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2. With typical use, contraceptives often fail to prevent pregnancy.
In the first 12 months of contraceptive use, 16.4% of teens will become pregnant. If the teen is cohabiting, the pregnancy (or "failure") rate rises to 47%. Among low-income cohabiting teens, the failure rate is 48.4% for birth control pills and 71.7% for condoms.4Forty-eight percent of women with unintended pregnancies5 and 54% of women seeking abortions were using contraception in the month they became pregnant.6
Contraception expert James Trussell of Princeton says: "The Pill is an outdated method because it does not work well enough. It is very difficult for ordinary women to take a pill every single day."7 Pregnancy is so likely from even a slightly delayed dose that government guidelines advise women to use "emergency contraception" if they had unprotected intercourse within two days after taking their daily progestin-only pill 3 hours late.8
3. Why contraceptives work less well than we are told
Contraceptive effectiveness is often estimated on a misleading per-use basis, or as failure rates over 12 months of typical use for all women of reproductive age. This greatly understates failure rates among teens, and fails to account for cumulative risk from more frequent sexual activity.
Risk compensation: Numerous studies examining sexual behavior and STD transmission have demonstrated risk compensation behavior, i.e., a greater willingness to engage in potentially risky behavior when one believes risk has been reduced through technology.9
4. Studies show that greater access to contraception does not reduce unintended pregnancies and abortions.
Increasing access to contraception gives teens a false sense of security, leading to earlier onset of sexual activity and more sexual partners, which counteracts any reduction in unintended pregnancies.
Researchers in Spain examined patterns of contraceptive use and abortions in Spain over a ten-year period from 1997-2007. Their findings, published in the journal Contraception in January 2011, were that a 63 percent increase in the use of contraceptives was accompanied by a 108 percent increase in the rate of elective abortions.10
In July 2009 results were published from an expensive three-year program at 54 sites, funded by England's Department of Health, seeking to "reduce teenage pregnancy" through, among other things, sex education and advice on access to family planning beginning at ages 13-15. "No evidence was found that the intervention was effective in delaying heterosexual experience or reducing pregnancies." Young women who took part in the program were more likely than those in the control group to report that they had been pregnant (16% vs. 6%) and had early heterosexual experience (58% vs. 33%).11
David Paton, author of four major studies in this area, has found "no evidence" that "the provision of family planning reduces either underage conception or abortion rates."12 He sums up the U.K. experience: "It is clear that providing more family planning clinics, far from having the effect of reducing conception rates, has actually led to an increase…. The availability of the morning-after pill seems to be encouraging risky behavior. It appears that if people have access to family planning advice they think they automatically have a lower risk of pregnancy." 13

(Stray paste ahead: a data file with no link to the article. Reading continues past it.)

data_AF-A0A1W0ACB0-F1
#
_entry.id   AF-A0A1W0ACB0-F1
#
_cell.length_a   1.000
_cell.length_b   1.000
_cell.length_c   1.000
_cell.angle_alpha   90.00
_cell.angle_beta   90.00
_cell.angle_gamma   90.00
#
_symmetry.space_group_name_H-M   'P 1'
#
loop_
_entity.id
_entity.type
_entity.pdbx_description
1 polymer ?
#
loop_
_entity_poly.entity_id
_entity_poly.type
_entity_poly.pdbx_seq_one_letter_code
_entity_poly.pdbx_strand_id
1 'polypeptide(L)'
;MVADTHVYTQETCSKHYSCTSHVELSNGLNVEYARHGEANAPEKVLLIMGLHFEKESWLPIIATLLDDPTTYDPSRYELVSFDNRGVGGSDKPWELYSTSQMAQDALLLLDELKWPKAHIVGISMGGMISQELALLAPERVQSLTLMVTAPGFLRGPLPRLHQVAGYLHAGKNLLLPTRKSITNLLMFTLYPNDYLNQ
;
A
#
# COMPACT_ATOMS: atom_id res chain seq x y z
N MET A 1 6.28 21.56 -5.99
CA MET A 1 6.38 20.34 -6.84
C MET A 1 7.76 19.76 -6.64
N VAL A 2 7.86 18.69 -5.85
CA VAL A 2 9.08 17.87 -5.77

K. Edgardh found that despite free contraceptive counseling, low cost condoms and oral contraceptives, and over-the-counter emergency contraception (EC), Swedish teen abortion rates rose from 17 per thousand to 22.5 per thousand between 1995 and 2001.14
Peter Arcidiacono found that among teens, "increasing access to contraception may actually increase long run pregnancy rates even though short run pregnancy rates fall. On the other hand, policies that decrease access to contraception, and hence sexual activity, may lower pregnancy rates in the long run."15
5. Emergency Contraception (EC) does not reduce unintended pregnancy and abortion.
Twenty-three studies published between 1998 and 2006, and analyzed by James Trussell's team at Princeton University, measured the effect of increased EC access on EC use, unintended pregnancy, and abortion. Not a single study among the 23 found a reduction in unintended pregnancies or abortions following increased access to emergency contraception.16 For more information, including the conclusions of individual studies and researchers on this point, see "Fact Sheet: Emergency Contraception Fails to Reduce Unintended Pregnancy and Abortion."
6. A decline in teen sexual activity does reduce teen (or unwed) pregnancies and abortions.
Concludes one analysis of the decline in non-marital pregnancies among teens from 1991 to 1995: "The reduction in numbers of 15-19 year olds having intercourse accounts for 67% of the decline in pregnancy rate."17 The U.S. Centers for Disease Control found that from 1991 to 2001 "53% of the decline in pregnancy rates can be attributed to decreased sexual experience."18
Uganda's success in combating the epidemic of HIV/AIDS has lessons for reducing unintended pregnancies and abortions among teens and young adults. According to 150 experts in this field, "when targeting young people, for those who have not started sexual activity the first priority should be to encourage abstinence or delay of sexual onset, hence emphasising risk avoidance as the best way to prevent HIV and other sexually transmitted infections as well as unwanted pregnancy. After sexual debut, returning to abstinence or being mutually faithful with an uninfected partner are the most effective ways of avoiding infection."19
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